For more information about Chris Buckley's research follow the links below:

BBC Radio 4 (2004) Inflammation 

BBC Radio 4 (2008) Inflamed Response


Association of T-zone reticular networks and conduits with ectopic lymphoid tissues in mice and humans.Link A, Hardie DL, Favre S, Britschgi MR, Adams DH, Sixt M, Cyster JG, Buckley CD, Luther SA.Am J Pathol. 2011 Apr;178(4):1662-75.

Why does chronic inflammation persist: An unexpected role for fibroblasts.Buckley CD.Immunol Lett. 2011 Feb 17. [Epub ahead of print] Performance of the 2010 ACR/EULAR criteria for rheumatoid arthritis: comparison with 1987 ACR criteria in a very early synovitis cohort.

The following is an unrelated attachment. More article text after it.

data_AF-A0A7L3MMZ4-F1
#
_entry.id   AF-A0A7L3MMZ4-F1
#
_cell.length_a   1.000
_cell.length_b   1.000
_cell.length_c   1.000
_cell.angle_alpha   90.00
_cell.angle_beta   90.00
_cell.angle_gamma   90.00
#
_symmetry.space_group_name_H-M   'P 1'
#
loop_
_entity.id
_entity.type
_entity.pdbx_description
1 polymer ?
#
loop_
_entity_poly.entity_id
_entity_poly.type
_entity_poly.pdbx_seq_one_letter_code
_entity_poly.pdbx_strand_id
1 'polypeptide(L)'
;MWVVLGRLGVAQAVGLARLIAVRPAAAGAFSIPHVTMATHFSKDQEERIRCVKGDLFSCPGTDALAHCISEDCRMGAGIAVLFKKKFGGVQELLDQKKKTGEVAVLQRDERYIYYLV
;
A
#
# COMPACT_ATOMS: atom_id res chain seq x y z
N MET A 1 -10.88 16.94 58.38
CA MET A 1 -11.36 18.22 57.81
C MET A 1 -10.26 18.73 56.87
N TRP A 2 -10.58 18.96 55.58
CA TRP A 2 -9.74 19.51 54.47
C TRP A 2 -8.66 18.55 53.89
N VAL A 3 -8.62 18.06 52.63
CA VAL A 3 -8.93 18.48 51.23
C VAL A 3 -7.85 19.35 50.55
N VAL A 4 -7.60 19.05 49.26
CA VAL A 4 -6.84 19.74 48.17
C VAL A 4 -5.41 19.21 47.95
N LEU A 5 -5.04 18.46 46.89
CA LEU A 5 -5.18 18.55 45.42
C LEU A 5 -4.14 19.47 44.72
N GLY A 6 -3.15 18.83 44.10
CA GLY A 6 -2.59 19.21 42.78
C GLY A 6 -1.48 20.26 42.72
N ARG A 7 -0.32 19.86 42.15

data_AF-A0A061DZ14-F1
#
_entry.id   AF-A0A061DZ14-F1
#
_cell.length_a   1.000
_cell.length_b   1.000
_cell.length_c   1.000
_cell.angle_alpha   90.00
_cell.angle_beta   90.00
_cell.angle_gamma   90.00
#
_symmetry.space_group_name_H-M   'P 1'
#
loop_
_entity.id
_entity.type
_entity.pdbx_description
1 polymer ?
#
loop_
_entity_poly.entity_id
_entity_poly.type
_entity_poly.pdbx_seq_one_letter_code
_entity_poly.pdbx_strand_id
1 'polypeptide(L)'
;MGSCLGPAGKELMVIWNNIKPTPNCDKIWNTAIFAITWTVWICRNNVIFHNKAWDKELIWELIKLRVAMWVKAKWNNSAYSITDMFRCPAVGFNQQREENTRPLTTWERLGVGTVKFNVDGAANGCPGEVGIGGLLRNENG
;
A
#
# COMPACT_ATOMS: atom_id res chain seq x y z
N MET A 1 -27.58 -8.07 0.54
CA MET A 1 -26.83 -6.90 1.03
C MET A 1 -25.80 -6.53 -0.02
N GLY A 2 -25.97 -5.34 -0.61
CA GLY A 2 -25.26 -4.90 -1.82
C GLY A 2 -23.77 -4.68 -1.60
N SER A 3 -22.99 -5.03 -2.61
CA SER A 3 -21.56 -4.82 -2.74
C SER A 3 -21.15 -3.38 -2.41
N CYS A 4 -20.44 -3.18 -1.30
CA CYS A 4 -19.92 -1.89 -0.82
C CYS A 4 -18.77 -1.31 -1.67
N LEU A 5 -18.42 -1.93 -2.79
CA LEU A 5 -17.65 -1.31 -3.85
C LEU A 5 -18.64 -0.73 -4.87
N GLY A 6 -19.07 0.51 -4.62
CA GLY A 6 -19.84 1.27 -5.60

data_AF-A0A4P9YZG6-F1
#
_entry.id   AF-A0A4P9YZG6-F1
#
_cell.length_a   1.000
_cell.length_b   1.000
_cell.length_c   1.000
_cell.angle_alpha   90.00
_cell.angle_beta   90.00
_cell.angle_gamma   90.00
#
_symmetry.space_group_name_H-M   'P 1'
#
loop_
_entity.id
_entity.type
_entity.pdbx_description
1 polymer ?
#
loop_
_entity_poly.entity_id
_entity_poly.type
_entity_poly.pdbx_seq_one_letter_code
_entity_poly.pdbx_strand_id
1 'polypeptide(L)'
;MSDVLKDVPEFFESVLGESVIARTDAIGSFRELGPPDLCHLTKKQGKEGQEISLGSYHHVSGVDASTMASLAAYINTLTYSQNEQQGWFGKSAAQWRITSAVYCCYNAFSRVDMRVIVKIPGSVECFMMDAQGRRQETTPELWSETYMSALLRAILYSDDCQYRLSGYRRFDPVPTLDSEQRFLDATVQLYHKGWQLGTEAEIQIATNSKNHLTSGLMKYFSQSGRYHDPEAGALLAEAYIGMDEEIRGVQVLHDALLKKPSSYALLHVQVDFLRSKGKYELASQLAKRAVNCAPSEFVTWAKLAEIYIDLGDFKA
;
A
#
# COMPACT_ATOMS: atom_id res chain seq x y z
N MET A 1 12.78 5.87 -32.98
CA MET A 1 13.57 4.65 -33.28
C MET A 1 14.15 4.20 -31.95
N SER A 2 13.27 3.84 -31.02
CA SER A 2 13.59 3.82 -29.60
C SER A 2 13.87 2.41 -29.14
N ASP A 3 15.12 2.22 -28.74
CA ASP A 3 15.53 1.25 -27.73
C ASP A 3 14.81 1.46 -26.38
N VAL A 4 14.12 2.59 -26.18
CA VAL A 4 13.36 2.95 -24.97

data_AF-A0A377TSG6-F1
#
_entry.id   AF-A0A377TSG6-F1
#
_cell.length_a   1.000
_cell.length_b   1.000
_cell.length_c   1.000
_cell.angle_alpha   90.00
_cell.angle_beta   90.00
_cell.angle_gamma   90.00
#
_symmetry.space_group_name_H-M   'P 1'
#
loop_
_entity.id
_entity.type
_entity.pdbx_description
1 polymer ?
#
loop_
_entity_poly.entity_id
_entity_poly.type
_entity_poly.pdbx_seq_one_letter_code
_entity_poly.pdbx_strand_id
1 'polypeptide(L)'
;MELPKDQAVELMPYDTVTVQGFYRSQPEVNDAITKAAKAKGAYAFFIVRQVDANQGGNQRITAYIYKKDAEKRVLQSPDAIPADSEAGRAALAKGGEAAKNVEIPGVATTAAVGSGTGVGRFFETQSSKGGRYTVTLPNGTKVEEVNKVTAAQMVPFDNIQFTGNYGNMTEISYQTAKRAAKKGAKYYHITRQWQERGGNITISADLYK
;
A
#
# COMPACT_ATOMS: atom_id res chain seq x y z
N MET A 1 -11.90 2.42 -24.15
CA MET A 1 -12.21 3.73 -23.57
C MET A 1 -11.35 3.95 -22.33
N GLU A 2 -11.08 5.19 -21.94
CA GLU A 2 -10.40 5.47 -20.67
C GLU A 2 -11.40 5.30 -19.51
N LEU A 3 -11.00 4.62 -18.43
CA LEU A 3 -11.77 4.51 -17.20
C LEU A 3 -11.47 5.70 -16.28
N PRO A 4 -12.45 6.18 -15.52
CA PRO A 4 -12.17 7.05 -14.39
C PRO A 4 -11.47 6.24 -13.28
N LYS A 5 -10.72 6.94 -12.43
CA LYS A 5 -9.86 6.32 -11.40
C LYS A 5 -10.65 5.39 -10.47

Cader MZ, Filer A, Hazlehurst J, de Pablo P, Buckley CD, Karim R.Ann Rheum Dis. 2011 Feb 1. [Epub ahead of print]PMID: 21285117

Altered expression of microRNA-203 in rheumatoid arthritis synovial fibroblasts and its role in fibroblast activation.Stanczyk J, Ospelt C, Karouzakis E, Filer A, Raza K, Kolling C, Gay R, Buckley CD, Tak PP, Gay S, Kyburz D.Arthritis Rheum. 2011 Feb;63(2):373-81. doi: 10.1002/art.30115.

Utility of ultrasound joint counts in the prediction of rheumatoid arthritis in patients with very early synovitis.Filer A, de Pablo P, Allen G, Nightingale P, Jordan A, Jobanputra P, Bowman S, Buckley CD, Raza K.Ann Rheum Dis. 2011 Mar;70(3):500-7. Epub 2010 Nov 29.

Genome-wide association study of genetic predictors of anti-tumor necrosis factor treatment efficacy in rheumatoid arthritis identifies associations with polymorphisms at seven loci.Plant D, Bowes J, Potter C, Hyrich KL, Morgan AW, Wilson AG, Isaacs JD; Wellcome Trust Case Control Consortium; British Society for Rheumatology Biologics Register, Barton A.Arthritis Rheum. 2011 Mar;63(3):645-53. doi: 10.1002/art.30130.